Opportunities were missed in Sandusky case, investigator H. Geoffrey Moulton says

mcarroll@centredaily.comJune 23, 2014 

— Police and prosecutors weren’t there when Children and Youth Services workers interviewed Jerry Sandusky in his home in January 2009 about allegations made by a young man who said Sandusky had abused him as a boy.

It was a significant missed opportunity early on, an investigator wrote in state Attorney General Kathleen Kane’s review of how Gov. Tom Corbett, as attorney general, handled the Sandusky case, and why it took so long.

“This was a notable failure, particularly since at no point later in the investigation did law enforcement manage to interview Sandusky,” investigator H. Geoffrey Moulton Jr. wrote in the report, which was released Monday in Harrisburg.

“Professional criminal investigators almost certainly would have gathered more information useful for the criminal investigation and prosecution, perhaps including not only more damaging admissions but also leads to other victims or additional information in support of a search warrant.”

If a similar scenario played out today in Clinton County, where the young man known as Victim 1 in the Sandusky trial lived, CYS officials would take the lead in interviewing the youth and police would question the accused.

An investigation team protocol adopted in 2013 in the county sets the new rules for how those cases are handled, the report said.

Moulton also singled out a missed opportunity in the lack of communication from the Centre County District Attorney’s Office of a previous abuse allegation against Sandusky in 1998.

He said the office failed to pass along word of the previous incident to state police and the Attorney General’s Office when reporting the 2009 incident.

“Had the 1998 allegation come to light by March 2009, that concern about (Victim 1’s) testimony (as the only evidence) would have been greatly alleviated,” Moulton wrote.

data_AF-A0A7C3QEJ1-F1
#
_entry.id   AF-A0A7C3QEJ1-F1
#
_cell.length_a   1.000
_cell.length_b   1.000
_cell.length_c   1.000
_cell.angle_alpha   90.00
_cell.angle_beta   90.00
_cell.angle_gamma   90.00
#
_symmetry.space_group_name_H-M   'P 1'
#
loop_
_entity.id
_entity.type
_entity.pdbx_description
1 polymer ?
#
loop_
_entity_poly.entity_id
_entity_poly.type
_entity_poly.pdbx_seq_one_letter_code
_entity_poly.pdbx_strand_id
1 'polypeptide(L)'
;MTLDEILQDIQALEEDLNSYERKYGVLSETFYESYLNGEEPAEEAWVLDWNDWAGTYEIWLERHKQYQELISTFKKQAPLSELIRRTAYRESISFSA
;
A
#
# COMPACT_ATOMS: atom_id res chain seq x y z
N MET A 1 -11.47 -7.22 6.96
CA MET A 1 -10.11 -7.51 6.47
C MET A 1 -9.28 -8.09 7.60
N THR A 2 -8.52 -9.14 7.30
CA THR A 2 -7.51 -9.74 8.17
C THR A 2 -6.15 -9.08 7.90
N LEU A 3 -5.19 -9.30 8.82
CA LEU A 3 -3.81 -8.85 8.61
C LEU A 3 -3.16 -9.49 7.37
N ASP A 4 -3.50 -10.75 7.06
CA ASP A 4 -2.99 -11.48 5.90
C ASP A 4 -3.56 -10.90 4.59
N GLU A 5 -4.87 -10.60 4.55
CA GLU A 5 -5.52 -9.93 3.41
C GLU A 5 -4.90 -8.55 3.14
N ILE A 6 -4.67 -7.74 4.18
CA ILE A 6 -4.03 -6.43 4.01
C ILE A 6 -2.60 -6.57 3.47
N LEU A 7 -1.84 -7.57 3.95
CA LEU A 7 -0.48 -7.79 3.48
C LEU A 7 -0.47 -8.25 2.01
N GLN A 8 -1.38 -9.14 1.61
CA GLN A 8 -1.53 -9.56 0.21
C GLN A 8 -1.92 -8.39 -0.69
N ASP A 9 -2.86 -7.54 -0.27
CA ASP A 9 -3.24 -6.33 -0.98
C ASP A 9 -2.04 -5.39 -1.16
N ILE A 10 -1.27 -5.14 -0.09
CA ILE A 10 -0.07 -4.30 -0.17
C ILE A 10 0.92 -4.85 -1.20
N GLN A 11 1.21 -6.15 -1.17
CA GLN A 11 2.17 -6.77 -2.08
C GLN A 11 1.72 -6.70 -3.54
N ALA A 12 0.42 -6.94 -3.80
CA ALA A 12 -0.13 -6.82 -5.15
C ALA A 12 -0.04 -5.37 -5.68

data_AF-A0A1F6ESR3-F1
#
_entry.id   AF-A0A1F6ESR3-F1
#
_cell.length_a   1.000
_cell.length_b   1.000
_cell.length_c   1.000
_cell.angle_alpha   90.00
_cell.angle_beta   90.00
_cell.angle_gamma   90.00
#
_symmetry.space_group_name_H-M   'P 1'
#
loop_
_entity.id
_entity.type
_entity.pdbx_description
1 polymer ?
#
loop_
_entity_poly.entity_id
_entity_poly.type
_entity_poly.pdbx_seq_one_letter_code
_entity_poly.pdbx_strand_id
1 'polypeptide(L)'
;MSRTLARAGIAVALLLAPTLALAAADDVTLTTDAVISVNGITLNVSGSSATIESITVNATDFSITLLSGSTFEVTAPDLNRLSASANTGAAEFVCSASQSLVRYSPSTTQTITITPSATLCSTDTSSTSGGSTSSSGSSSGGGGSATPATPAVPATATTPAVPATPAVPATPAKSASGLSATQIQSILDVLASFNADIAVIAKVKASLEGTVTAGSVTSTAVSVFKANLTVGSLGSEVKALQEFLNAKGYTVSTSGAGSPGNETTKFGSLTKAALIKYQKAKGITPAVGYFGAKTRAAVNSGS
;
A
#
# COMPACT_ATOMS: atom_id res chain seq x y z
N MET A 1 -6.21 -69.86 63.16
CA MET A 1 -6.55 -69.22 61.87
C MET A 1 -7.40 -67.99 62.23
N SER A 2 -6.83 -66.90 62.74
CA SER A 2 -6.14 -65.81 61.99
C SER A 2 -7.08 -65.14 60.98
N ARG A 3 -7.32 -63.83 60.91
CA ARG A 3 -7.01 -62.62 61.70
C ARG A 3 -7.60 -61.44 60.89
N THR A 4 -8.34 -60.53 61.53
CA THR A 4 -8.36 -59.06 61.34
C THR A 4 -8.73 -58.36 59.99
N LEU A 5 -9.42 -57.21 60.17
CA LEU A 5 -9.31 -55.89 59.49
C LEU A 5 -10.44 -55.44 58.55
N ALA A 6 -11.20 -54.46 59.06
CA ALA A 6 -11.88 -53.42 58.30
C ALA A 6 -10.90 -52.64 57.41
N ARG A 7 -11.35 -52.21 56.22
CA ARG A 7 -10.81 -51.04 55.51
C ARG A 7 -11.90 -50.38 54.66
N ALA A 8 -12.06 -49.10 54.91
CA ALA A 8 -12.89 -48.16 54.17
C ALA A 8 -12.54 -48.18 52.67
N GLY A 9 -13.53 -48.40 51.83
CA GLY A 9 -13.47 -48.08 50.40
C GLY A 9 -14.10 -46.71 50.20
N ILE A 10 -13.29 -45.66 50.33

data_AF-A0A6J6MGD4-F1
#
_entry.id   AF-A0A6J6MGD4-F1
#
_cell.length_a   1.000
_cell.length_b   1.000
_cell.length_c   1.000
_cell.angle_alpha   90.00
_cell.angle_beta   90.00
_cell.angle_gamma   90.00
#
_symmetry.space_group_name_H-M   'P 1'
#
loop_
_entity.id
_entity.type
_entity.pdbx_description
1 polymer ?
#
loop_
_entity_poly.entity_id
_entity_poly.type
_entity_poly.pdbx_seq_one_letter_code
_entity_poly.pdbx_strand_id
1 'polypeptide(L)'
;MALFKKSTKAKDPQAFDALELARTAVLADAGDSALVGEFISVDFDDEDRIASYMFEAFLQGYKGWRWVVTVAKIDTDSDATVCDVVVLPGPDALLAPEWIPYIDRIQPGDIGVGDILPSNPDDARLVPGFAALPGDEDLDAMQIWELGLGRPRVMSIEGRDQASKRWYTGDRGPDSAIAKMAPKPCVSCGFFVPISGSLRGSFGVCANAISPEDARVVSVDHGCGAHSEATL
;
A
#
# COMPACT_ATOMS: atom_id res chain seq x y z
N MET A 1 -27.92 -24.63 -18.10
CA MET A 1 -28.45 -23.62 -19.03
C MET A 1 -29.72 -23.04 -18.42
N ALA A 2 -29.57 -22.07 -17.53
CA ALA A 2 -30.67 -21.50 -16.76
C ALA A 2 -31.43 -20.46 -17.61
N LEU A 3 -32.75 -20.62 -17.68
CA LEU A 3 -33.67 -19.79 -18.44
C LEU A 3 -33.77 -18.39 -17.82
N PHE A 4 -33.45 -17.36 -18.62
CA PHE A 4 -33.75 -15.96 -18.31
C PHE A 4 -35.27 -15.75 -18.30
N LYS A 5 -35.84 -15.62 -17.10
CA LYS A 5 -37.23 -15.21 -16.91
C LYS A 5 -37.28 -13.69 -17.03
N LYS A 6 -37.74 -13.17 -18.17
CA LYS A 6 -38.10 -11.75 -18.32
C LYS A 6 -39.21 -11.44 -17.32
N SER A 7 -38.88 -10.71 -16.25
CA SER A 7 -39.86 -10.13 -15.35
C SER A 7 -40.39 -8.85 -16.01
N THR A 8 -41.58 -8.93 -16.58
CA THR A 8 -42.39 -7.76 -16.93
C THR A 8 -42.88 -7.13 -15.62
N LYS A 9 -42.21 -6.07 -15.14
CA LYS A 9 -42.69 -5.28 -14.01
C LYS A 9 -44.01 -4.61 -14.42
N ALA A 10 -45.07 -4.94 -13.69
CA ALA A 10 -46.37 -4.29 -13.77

At a news conference Monday in Harrisburg, Moulton praised prosecutors’ work to convict Sandusky, but said such public reviews are important because they can help others learn from mistakes.

“Our goal was to provide a factual, unbiased review of this investigation and to identify any ways that law enforcement can do a better job protecting children,” he said.

His report made several recommendations to that end:

• The Attorney General’s Office should rely more heavily on collaborating with child sexual abuse investigators and children’s services at the local level.

• In high-priority cases, senior management in the attorney general’s Executive Office should be more involved, direct greater attention and make decisions more quickly.

• The Attorney General’s Office should make child abuse education and outreach a higher priority.

• The state legislature’s work on child abuse legislation should continue, including further consideration of legislative changes recommended by the state’s Task Force on Child Protection.

Matt Carroll can be reached at 231-4631. Follow him on Twitter @MCarrollNews.

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